Relief fleet Severn 'The Will' (ON 1201)
|Operators:||Royal National Lifeboat Institution|
|Displacement:||40 t (39 long tons)|
|Length:||17 m (55 ft 9 in)|
|Beam:||5.5 m (18 ft 1 in)|
|Draught:||1.38 m (4 ft 6 in)|
|Propulsion:||2 × Caterpillar 3412 TA diesel engines, 1,250 hp (932 kW) each
UBW 195 V reserve-reduction gearbox 2.03:1 ratio
5,500 litre (1,200 imperial gallons) fuel capacity
|Speed:||25 knots (29 mph; 46 km/h)|
|Range:||250 nmi (460 km)|
|Capacity:||Self Righting 47
Non-Self Righting 185
At 17 metres (55 ft 9 in) long, the Severn class lifeboat is the largest lifeboat operated by the Royal National Lifeboat Institution (RNLI). Introduced to service in 1996, the class is named after the River Severn, the longest river in Great Britain. They are stationed at 35 locations around the coasts of the United Kingdom and Ireland to provide coverage up to 50 miles (80 km) out to sea.
In the 1980s the RNLI's fast Arun and Waveney all-weather lifeboats provided coverage 30 miles (48 km) out to sea, operating at up to 18 knots (33 km/h) to cover the distance in two hours in good weather. However, the RNLI felt that they needed the capability to extend their coverage to 50 miles (80 km) radius, which would require lifeboats with a top speed of 25 knots (46 km/h). This resulted in the 17-metre (56 ft) Severn and 14-metre (46 ft) Trent lifeboats.
The prototype Severn was launched in 1991 and was named Maurice and Joyce Hardy. Trials started the following year and lasted until 1998. In 1995, the boat was de-named. Problems were encountered during the trials with the "skegs" that protected the propellers, but were designed to protect the hull by breaking off if the boat hit rocks, as the first ones were too easily broken. Crashing through heavy seas at full speed caused damage to the hull, too. It was transferred to training work when it carried operational number TL-02 and was named Peter and Marion Fulton, but was withdrawn in 2004. It was sold in 2005; in 2008 it was in use as a dive boat at Buckie, carrying the name Gemini Storm.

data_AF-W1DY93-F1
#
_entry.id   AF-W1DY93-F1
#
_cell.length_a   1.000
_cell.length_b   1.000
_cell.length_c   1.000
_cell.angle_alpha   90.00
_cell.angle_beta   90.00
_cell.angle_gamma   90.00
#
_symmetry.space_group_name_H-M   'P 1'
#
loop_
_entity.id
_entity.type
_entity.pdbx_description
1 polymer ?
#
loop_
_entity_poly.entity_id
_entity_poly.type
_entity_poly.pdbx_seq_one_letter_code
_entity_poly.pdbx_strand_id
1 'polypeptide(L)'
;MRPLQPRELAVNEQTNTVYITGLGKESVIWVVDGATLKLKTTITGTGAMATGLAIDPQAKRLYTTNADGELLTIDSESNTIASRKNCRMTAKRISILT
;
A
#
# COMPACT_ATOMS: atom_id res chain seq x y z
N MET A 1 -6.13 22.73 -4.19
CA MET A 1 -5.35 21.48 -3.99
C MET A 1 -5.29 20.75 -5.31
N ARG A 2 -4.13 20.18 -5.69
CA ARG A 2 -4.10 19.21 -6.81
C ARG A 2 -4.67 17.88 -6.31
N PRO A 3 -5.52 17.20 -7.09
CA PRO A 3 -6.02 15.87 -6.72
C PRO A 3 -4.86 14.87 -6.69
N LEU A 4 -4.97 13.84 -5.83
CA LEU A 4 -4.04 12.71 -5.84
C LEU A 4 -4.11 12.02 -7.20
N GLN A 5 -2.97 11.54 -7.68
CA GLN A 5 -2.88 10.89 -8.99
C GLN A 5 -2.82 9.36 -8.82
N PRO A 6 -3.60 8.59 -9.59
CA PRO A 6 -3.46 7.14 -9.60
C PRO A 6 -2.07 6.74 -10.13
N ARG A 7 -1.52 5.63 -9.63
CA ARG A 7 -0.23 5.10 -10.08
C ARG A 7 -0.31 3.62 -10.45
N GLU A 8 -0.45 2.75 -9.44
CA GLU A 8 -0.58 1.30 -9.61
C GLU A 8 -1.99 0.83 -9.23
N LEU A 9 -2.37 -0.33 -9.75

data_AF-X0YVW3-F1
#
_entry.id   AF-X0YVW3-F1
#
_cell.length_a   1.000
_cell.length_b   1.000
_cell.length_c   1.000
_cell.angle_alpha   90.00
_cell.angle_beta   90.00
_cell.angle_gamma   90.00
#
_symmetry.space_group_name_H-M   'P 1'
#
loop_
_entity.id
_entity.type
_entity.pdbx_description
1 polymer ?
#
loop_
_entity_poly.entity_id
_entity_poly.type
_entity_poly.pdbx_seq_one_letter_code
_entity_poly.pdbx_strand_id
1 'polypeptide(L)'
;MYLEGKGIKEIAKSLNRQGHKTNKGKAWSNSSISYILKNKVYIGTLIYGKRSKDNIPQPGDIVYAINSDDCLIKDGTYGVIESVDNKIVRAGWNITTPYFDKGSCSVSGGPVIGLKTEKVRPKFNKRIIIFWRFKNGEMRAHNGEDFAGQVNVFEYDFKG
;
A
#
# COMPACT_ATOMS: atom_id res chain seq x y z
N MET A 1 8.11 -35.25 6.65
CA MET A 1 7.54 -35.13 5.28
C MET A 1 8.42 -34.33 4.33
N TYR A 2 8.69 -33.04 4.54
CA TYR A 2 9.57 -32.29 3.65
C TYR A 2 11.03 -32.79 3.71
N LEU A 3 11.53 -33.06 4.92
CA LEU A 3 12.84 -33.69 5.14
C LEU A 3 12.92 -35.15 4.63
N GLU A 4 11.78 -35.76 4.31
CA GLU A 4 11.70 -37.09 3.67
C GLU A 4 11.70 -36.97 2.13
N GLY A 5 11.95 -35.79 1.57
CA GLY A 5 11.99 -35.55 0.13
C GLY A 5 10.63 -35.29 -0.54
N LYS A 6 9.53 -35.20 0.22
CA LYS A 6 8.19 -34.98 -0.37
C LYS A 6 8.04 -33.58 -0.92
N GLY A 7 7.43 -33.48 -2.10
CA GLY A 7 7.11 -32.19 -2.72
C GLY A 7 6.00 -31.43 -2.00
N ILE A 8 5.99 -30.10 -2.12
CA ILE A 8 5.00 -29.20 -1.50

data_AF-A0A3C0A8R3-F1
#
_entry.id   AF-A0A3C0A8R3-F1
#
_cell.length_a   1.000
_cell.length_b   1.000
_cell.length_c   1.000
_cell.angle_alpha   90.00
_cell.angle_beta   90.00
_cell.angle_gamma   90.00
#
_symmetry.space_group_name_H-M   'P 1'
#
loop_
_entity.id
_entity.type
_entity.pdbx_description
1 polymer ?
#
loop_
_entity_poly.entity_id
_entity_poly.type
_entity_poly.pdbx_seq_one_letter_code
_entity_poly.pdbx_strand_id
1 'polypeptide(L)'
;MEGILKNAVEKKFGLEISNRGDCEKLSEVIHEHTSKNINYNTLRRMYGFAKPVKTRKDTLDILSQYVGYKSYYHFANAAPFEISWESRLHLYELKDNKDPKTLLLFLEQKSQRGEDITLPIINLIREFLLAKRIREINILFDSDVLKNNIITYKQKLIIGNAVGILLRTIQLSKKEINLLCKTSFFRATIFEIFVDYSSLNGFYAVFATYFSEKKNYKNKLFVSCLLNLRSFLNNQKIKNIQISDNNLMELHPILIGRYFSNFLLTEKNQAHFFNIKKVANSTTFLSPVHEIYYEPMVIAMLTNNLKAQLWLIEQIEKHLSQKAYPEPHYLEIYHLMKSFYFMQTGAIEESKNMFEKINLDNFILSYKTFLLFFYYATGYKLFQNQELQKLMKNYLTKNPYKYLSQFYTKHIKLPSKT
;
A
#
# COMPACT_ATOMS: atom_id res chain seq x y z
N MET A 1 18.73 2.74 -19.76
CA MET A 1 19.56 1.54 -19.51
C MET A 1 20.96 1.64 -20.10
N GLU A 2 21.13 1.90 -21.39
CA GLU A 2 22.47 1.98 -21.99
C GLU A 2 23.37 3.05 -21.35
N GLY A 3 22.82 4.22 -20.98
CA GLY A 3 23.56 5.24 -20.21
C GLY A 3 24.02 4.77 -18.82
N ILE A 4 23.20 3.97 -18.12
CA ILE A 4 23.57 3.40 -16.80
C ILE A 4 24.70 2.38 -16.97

The first production Severn was The Will. It had been built in 1995 for Stornoway but had to undergo several modifications before it was fit for service. It was eventually placed in the relief fleet in 1996 and shown to many lifeboat stations where the class was expected to be deployed. It so impressed the crew at Falmouth that they pressed the RNLI to station it there until their own boat was built, and so it was stationed there from January 1997 until December 2001 when it was replaced by Richard Scott Cox. In the mean time Tom Sanderson had been deployed at Stornoway in 1999. The Will returned to the relief fleet after its time at Falmouth and has continued in that role since. Construction of its sister boats continued until 2005.
Severns are constructed of fibre reinforced composite material, and their hard chine semi-displacement hull is built so that it will stay afloat with two of its five compartments flooded. For added manoeuvrability, in addition to twin engines, the Severn also has a bow thruster fitted. The propellers are enclosed so that the Severn can take ground without damaging them. A Y Class inflatable boat can be deployed by an on-board crane for use in shallow water or confined spaces.